Today, we celebrate Thanksgiving, a truly American holiday because yeah, the historical stuff, but also because people are encouraged to eat as much as they can. Only on days like today are you encouraged to stuff your face, get drunk, put on stretchy pants, watch football and nap, all before 5 p.m. (In some cultures, we also call this “Sunday Funday.”)
To get you ready for the busy day ahead, I ranked every Thanksgiving side dish I could think of from worst to best:
16. Creamed onions
Look, I love onions as much as the next person, but what is that?! The internet tells me creamed onions are pearl onions that are cooked slowly over time until they’re sweet. Apparently it’s a New England thing, and that’s fine by me. They can keep their mushy little onions while we slather butter and cheese over carbs like normal fat Southerners.
15. Cranberry sauce (canned)
Cranberry sauce is the dish you think you have to have on your Thanksgiving table but is rarely ever touched; that’s especially true of canned cranberry sauce, which is why you put the least responsible person in your family in charge of it because there’s no messing that up.
Mmm…you know what goes great with this delicious turkey we spent hours slaving over? This gelatinous cranberry substance in the shape of an aluminum can that Derek didn’t even bother to cut up.
No matter how hard you try to dress them up — balsamic reductions, roasted, truffle butter, etc. — they’re just carrots. The only reason they belong on the Thanksgiving table is so you can guilt your kids into eating something healthy before the second helping of pie.
You know what sucks? Serving yourself what you think is sweet potatoes only to find out it’s squash.
12. Cranberry sauce (fresh)
The only reason this is higher on the list than the canned variety is it takes actual effort to make, meaning whoever is in charge of making it will guilt you into eating at least a spoonful.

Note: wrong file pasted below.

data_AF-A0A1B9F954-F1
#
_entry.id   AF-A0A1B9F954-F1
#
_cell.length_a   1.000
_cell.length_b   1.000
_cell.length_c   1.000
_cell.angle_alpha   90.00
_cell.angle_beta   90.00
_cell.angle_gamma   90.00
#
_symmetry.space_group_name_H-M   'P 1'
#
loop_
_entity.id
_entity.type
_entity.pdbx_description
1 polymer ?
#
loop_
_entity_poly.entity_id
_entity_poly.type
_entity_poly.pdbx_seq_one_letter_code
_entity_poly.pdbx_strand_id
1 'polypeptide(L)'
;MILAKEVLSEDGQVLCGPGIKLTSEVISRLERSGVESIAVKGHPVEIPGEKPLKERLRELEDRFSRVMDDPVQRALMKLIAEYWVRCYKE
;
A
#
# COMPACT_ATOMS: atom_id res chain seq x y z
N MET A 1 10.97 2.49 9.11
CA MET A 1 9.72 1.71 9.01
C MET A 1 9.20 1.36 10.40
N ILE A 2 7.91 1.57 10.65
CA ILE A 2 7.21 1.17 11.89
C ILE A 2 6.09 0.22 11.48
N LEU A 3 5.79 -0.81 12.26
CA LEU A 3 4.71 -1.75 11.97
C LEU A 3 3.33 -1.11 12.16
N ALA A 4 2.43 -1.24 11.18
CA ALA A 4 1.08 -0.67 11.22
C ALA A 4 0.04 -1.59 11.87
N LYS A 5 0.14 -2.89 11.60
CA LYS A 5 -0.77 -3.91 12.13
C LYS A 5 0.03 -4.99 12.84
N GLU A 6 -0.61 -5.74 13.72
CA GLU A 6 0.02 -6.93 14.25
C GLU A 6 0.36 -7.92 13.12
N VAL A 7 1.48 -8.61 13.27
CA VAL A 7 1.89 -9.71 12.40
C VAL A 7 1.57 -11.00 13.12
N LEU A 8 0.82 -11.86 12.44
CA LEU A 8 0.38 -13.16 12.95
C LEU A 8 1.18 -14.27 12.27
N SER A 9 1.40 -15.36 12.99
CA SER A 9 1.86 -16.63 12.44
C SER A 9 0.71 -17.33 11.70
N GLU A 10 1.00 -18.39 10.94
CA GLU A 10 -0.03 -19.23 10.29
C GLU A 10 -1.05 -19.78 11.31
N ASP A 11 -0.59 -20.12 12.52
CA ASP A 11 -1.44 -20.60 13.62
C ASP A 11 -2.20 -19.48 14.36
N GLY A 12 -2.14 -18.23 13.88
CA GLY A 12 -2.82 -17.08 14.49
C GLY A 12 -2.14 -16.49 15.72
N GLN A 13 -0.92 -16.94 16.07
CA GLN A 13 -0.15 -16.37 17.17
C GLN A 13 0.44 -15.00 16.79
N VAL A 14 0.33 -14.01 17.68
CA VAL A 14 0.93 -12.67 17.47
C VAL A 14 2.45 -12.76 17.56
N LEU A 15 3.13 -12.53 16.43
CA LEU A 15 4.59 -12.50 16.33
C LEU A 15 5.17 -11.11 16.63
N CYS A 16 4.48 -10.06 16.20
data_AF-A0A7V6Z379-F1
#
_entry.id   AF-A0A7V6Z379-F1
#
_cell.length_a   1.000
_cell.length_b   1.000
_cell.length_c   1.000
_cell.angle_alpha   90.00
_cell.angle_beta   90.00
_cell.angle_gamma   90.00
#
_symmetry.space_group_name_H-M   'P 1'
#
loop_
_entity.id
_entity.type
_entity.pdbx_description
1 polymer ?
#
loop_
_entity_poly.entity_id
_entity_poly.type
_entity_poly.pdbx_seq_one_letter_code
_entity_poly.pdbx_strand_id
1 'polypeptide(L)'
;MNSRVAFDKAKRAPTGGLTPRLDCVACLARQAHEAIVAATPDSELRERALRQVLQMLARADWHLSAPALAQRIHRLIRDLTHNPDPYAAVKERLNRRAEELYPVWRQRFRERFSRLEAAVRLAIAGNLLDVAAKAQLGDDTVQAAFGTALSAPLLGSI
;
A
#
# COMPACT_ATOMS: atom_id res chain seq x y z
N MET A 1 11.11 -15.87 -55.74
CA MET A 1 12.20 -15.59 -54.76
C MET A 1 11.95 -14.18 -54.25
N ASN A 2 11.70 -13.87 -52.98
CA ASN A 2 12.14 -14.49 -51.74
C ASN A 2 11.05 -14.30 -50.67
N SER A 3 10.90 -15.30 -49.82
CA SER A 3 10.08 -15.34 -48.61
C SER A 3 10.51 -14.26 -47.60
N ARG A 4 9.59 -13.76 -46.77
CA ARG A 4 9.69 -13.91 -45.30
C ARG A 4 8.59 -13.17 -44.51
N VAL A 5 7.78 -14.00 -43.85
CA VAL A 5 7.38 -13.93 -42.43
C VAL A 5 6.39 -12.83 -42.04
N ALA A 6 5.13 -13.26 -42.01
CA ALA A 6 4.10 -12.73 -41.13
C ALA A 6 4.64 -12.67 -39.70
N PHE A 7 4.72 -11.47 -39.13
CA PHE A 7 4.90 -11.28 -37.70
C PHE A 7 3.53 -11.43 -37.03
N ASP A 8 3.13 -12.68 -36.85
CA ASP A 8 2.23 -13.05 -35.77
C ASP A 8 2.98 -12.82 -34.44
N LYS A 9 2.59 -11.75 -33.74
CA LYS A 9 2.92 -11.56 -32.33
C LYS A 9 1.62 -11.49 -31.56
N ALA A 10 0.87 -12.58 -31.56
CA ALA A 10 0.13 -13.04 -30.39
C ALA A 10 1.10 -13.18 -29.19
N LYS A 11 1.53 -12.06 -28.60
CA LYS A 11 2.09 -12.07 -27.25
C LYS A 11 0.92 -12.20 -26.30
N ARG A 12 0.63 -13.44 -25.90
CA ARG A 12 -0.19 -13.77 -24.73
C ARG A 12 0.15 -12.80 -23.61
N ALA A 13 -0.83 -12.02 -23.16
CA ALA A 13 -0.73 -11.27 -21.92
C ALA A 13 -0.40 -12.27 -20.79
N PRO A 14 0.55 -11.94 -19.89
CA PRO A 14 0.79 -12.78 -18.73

11. Brussels Sprout
As an adult, I have mostly gotten over my childhood distaste for brussels sprout; however, I think it says something about them that they are only acceptable as a Thanksgiving side dish when they’re cooked with bacon and onions.
10. Green bean casserole
The real stars of this dish are the fried onions on top. One of the things I love most about Thanksgiving is that it’s perfectly acceptable — encouraged, even — to make foods that are supposed to be healthy — green beans, brussels sprout, broccoli, sweet potatoes, etc. — totally unhealthy.
I guess we should have something green on the table…hmm…just put these beans in a dish, put some Cream of Mushroom soup, butter, and cheese on them and stick it in the oven for a while. …Wait, still too much green. Throw those fried onions on it.
9. Broccoli casserole
8. Sweet potato casserole
See above, just make it even better by putting brown sugar, butter, and pecans on top. Or marshmallows. I personally prefer the former, but hey, neither is healthy and both give you an excuse to eat something sweet before dessert.
7. Baked apples
And no, not like whole baked apples like some people make. I’m talking about sliced up apples cooked in brown sugar, butter, and cinnamon served piping hot, Cracker Barrel style. The ultimate example of healthy gone bad and by bad I mean awesome.
6. Dinner rolls
The dark horse of any holiday meal. I personally prefer rolls to be slightly sweet and just soft enough to soak up leftovers on the plate. If you’re in the Danville area, Burke’s Bakery has THE BEST dinner rolls around. Tell ’em I sent you.
5. Corn pudding
Not a huge fan of corn by itself, but who isn’t a fan of corn cooked in butter, milk, sugar, and eggs? This is a staple dish on any southern Thanksgiving table.
Some people may consider gravy a condiment, but not this blogger. Gravy is the Tyler Ulis of the Thanksgiving table; it makes everything around it better. Mashed potatoes a little bland? Gravy. Turkey too dry? Gravy. Little brother won’t shut up? Gravy. (Although that last one might get you in trouble.)
3. Mac and cheese
Mac and cheese on any day is amazing. Fancy it up by popping it in the oven and you’ve got a Thanksgiving classic. Even if all of the other side dishes fail, you can never go wrong with mac and cheese.
2. Mashed potatoes
I mean, just look at that. I went back and forth over mashed potatoes and stuffing for the #1 spot, and even though mashed potatoes didn’t come out on top, everyone wins. Lumpy or smooth, with gravy, sour cream, or butter, there is nothing better than overloading on this delicious carbohydrate. Some things are just worth being fat for.
Other than Thanksgiving and Christmas, when do you eat stuffing? Exactly. That’s why it’s the ultimate Thanksgiving side dish, no matter how you prepare it. My mother makes stuffing balls with spicy sausage, taking the dish to an entirely different level. (My sister and I fight over who gets to be the taste tester.) Since we don’t put our stuffing inside of the bird, technically I guess it should be called dressing, but whatever. That just sounds odd. Stuffing balls FTW.
I’m sure some of you disagree on the rankings, which is why I came up with this handy little ranking tool for you to weigh in yourselves: